Here is a look at our new cover for the DVD. We haven’t confirmed how we will sell or distribute this yet so please keep an eye on the blog for further details. Happy Paddling
Well, it’s been a while in coming, but the finishing touches are being put to the Kenya expedition film, and we are pleased to announce that it ill be Premiering at Plas Y Brenin on the 31st of March, 8pm. All welcome…
We are also pleased to say that ITV Wales featured the expedition on the news this evening (Wed 13th March), you can watch the piece here: http://www.itv.com/wales/kayakers-african-tales07961/
We are really excited to share the whole story of our adventures with everyone back home, and of course we will be on hand to answer any questions that you may have.
Hey its taken a while but please have a quick look at our little teaser from the trip in November.
Please check back in a few days as we continue with the edit and hopefully we’ll be able to share the real stories at the forthcoming lecture tour. Alternatively book on a course at Plas y Brenin and you’ll get to see the show for free.
A few weeks have passed since our return and its gone so quick. If we weren’t on the water (rivers have been up loads recently) then we have been trying to sift through albums and albums of photos, selecting the good ones for the lecture tour.
I have also had the laborious task of editing the footage, cutting it into usable lengths and discarding the rubbish. What I will say is we have plenty to choose from, the total now stands at 4-5hrs.
I’ll try and keep you posted and look forward to sharing the movie with you all soon.
The expedition is drawing to a close, we are all in Nairobi, capital of Kenya, ready for a day of tat shopping and coffee before flying home on Saturday morning. First a quick round up of the past couple of days.
Yesterday saw us going to look at some drops and having a check out of some of the larger drops in the area, and running a couple, including a first descent of a fall that we had spotted a couple of days ago, just to whet our appetites further for returning to this amazing whitewater destination.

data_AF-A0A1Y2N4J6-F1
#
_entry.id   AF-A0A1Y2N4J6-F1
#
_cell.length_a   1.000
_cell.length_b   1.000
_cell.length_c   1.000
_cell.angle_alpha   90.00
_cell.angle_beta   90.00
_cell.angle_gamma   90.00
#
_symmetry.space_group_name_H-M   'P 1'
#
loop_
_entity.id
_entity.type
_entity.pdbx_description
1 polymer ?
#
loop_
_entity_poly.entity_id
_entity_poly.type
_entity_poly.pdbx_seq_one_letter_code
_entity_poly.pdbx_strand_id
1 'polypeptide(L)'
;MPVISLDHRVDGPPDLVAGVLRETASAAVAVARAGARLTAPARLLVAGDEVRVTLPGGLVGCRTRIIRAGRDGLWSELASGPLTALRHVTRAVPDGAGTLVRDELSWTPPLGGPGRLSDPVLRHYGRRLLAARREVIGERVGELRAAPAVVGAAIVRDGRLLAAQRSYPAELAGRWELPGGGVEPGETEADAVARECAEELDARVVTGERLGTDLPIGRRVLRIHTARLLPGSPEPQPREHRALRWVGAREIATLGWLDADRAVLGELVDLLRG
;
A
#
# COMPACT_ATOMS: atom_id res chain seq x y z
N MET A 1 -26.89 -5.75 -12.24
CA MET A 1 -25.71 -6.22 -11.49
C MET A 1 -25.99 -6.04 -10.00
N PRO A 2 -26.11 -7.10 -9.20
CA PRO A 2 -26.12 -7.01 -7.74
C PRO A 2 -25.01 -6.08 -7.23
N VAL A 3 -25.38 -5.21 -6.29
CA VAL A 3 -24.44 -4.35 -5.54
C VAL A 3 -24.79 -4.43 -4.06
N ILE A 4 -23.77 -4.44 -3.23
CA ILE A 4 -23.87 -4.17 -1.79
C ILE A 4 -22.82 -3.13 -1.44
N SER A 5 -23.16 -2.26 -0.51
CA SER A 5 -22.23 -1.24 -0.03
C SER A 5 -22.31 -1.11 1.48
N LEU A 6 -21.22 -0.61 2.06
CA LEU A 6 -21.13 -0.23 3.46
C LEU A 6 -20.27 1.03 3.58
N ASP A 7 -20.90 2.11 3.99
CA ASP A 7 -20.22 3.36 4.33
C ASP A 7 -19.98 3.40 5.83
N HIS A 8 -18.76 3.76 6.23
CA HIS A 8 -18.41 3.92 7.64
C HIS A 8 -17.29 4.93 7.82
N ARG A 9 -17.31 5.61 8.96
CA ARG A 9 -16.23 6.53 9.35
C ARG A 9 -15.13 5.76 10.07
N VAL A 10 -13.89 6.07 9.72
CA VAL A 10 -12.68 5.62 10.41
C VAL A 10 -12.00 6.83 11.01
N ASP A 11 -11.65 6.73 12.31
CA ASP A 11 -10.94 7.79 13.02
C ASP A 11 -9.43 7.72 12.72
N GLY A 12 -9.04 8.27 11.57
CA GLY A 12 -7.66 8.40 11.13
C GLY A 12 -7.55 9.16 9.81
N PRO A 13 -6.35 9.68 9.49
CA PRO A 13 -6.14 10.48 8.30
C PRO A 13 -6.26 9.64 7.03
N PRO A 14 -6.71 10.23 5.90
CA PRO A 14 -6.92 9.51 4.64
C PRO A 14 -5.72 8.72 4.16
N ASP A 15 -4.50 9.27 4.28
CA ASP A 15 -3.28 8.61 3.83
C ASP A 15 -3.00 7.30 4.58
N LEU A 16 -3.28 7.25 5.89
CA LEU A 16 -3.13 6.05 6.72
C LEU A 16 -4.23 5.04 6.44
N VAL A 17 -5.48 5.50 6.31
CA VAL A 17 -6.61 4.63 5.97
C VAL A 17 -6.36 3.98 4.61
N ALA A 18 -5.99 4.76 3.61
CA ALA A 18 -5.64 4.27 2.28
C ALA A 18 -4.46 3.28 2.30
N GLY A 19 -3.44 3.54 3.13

Today the team ticked off our 6th first descent in Kenya, and possibly the best river of the trip (although I disagree as I wasn’t on the river today, due to the previous day’s antics). The Thika is only an hour out of Nairobi, and has a multitude of Norwigen-esq slides and drops, and was a fitting highlight and finale to a massively successful expedition.
We have all had a brilliant time out here in Kenya, and are looking forward to sharing our experiences during the forthcoming lecture tour. As we mention elsewhere, if you are involved with a club, centre or organisation, and are interested in hosting a lecture then please get in touch.
Firstly, apologies for the long delay in blog updating, the internet has been most third world (as expected) and we wanted to make this post a good one.
Since the last update we have completed a further 3 first descents in Kenya, bringing our current total to 5 first’s during this trip.
Immediately after our last update, the rivers flowing directly from the flanks of Mount Kenya went from runnable to flood state so we returned to Savage Camp Sagana to plan our remaining time in Kenya.
On our way towards the mountain we had crossed a river, after asking around we found that nobody had looked at the lower section which from the map seemed to have plenty of gradient, so with our interest aroused we headed over to look, and discovered a complete gem of a river. The Lower Nyamindi has some perfect moves through some amazing rock architecture, and plenty of excellent rapids to maintain interest throughout the journey. As we had planned, we paddled this with James Savage, Operations Manager at Savage Wilderness, and were really surprised and impressed with how well he fitted in the team.
The next day saw us heading out again into the same area, to attempt a second descent of the Thiba (that hasn’t been paddled since 2001) but we got carried away, and headed further upstream above the original put-in to the next bridge. This river was really enjoyable, with large ledge drops interspersed with grade 3 whitewater until 2/3rd of the way into the run we had to call an end to our descent and exit to the road, giving us another good story for the lecture tour.